While in Africa the pope used very strong language to promote the climate change agreement at the Paris climate summit that started today. He said it would be a “catastrophe” if it did not achieve acceptance in Paris in the coming days and added that the decision came down to the choice “either to improve or to destroy the environment.”

Speaking at the United Nations center in Nairobi on November 26, Pope Francis said, “In a few days an important meeting on climate change will be held in Paris, where the international community as such will once again confront these issues. It would be sad, and I dare say even catastrophic, were particular interests to prevail over the common good and lead to manipulating information in order to protect their own plans and projects.”

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Ben Carson on Colorado shooting: pro-lifers need to ‘tone down’ ‘hateful rhetoric’

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By Ben Johnson

COLORADO SPRINGS, Colorado, November 30, 2015 (LifeSiteNews) - After a string of verbal gaffes and controversies over the depth of his pro-life convictions, Dr. Ben Carson has implied that the pro-life movement needs to "tone down" its "hateful rhetoric" and "become more mature."

The doctor was asked on CBS's "Face the Nation" about abortion supporters' claims that pro-life speech led to Robert Lewis Dear's shooting inside a Colorado Springs Planned Parenthood over the Thanksgiving holiday weekend.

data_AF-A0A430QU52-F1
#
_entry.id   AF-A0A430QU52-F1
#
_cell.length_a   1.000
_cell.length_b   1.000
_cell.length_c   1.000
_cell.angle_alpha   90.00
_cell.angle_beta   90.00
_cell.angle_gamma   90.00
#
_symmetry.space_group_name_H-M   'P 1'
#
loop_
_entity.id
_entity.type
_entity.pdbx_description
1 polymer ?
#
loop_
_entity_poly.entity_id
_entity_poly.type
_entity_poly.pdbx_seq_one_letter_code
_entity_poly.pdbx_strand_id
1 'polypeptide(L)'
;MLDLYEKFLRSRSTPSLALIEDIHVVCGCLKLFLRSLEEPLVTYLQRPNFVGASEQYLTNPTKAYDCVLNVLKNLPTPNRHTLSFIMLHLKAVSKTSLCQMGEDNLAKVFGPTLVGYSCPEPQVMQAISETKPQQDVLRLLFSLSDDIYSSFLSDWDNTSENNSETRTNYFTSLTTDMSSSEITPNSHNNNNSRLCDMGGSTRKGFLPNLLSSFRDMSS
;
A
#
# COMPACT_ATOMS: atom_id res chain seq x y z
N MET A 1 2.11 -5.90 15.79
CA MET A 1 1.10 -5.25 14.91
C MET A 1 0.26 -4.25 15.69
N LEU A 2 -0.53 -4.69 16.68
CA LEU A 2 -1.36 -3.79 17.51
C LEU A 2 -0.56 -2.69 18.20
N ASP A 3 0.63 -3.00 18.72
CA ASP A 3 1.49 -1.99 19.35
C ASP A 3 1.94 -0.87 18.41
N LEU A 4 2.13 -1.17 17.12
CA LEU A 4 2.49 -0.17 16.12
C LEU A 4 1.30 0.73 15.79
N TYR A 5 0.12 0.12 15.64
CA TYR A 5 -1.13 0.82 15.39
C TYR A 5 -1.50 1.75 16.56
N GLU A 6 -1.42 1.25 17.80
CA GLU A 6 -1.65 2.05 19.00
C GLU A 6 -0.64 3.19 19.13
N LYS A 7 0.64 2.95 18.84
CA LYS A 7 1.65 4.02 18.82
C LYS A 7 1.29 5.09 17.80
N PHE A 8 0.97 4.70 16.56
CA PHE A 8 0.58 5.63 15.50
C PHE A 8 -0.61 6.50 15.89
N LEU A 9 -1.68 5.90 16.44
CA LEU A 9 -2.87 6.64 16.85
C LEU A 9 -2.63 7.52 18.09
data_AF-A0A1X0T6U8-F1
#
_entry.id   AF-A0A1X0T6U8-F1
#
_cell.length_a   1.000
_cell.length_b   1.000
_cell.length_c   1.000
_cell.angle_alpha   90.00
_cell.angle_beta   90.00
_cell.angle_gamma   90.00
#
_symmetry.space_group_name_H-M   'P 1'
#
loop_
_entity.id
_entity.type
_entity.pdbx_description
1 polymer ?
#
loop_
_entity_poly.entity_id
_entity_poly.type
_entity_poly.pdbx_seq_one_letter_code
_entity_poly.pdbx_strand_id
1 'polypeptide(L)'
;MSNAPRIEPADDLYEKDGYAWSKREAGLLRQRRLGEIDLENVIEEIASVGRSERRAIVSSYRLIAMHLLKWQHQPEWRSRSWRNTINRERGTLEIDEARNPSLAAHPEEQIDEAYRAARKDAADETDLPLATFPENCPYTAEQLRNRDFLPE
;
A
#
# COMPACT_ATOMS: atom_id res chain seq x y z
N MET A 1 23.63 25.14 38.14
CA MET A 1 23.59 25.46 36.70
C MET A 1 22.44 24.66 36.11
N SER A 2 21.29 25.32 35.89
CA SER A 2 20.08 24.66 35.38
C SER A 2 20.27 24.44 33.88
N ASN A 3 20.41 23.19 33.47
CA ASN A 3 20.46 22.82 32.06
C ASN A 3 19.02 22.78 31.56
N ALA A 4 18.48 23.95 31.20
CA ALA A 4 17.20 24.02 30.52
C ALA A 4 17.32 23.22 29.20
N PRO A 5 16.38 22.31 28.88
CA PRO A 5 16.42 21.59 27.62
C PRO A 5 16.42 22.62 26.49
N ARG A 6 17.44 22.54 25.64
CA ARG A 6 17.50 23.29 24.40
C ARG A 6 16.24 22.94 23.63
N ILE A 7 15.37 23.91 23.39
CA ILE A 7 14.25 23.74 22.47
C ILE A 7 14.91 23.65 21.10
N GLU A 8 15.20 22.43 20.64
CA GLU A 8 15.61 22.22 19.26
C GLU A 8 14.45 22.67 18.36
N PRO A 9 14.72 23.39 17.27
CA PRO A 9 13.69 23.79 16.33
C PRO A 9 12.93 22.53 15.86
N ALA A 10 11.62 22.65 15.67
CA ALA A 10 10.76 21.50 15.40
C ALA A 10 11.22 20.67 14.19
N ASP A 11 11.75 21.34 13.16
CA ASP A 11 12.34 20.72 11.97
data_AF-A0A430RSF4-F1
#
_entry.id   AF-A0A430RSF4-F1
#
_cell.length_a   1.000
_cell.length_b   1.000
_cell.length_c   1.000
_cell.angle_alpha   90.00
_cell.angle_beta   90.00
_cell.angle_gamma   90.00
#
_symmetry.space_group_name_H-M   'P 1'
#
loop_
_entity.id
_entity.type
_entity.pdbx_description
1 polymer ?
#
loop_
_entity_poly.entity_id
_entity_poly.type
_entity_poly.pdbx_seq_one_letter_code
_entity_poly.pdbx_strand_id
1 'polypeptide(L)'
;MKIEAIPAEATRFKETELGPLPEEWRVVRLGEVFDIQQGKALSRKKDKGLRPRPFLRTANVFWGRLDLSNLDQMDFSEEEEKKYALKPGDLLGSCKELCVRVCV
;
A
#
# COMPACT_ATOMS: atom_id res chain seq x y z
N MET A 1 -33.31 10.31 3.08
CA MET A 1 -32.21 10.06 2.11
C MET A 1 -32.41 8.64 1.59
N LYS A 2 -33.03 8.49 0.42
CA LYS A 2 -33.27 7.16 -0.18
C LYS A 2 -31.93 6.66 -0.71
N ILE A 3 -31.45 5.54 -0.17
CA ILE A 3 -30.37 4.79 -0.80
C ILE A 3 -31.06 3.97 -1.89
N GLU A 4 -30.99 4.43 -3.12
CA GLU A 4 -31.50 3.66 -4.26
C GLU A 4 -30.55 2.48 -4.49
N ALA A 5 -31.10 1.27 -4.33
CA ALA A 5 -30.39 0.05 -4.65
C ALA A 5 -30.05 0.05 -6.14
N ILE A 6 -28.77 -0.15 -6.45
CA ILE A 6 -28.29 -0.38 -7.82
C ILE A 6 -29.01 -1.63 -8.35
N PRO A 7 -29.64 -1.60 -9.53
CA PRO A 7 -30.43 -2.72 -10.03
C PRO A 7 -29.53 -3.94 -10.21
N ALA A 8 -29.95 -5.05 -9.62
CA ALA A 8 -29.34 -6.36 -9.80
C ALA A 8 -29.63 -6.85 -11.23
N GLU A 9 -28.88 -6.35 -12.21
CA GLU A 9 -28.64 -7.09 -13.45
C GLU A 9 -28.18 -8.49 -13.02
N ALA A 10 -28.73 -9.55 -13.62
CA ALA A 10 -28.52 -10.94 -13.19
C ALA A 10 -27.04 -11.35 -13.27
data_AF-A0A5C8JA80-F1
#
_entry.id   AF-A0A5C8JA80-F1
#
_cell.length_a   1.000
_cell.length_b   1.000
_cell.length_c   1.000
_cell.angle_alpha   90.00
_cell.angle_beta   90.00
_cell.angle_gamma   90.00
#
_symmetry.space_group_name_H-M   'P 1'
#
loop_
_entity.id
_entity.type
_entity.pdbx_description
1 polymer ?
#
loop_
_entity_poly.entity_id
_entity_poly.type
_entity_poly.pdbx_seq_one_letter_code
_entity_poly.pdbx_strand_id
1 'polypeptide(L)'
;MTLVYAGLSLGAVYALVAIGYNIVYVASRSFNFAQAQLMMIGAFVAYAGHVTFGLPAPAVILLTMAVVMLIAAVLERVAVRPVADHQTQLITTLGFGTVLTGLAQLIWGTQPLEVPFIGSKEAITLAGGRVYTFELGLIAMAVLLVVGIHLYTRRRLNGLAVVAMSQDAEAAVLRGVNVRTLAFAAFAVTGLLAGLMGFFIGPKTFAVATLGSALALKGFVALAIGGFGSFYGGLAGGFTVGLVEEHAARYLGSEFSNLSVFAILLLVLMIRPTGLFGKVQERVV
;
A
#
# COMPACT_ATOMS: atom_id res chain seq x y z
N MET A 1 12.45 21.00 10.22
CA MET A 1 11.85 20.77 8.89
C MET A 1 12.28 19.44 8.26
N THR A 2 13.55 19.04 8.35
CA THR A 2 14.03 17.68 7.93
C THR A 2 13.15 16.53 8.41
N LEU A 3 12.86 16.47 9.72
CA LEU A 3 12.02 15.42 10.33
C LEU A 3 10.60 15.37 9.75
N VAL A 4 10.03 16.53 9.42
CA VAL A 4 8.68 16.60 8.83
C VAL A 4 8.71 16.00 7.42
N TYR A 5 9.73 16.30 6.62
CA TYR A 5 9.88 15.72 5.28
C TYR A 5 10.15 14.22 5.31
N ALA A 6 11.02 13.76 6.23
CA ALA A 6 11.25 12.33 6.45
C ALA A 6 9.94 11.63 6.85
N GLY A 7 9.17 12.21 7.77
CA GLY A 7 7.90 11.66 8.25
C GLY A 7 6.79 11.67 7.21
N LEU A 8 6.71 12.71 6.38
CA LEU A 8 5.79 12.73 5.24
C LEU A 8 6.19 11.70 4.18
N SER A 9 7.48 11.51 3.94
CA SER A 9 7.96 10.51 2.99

"There is no question that hateful rhetoric, no matter which side it comes from, Right or Left, is something that is detrimental to our society," Dr. Carson said. "This has been a big problem."

"No question the hateful rhetoric exacerbates the situation," Carson affirmed.

Lamenting that social discourse had become less civil, he said modern political "rhetoric is extremely immature, divisive, and is not helpful."

“I think both sides should tone down their rhetoric and engage in civil discussion," Dr. Carson said.

Pro-life leaders were quick to rebut his charges that they engage in extreme or immature rhetoric. (See related story.)

After briefly leading rival Donald Trump in a series of national polls, Carson's presidential hopes have crumpled amidst a series of misstatements and retractions that have led national commentators to question whether the political novice is ready to be president of the United States. Last Sunday, talk show host Rush Limbaugh told Fox News that Ben Carson is "probably not" fully "equipped to be president."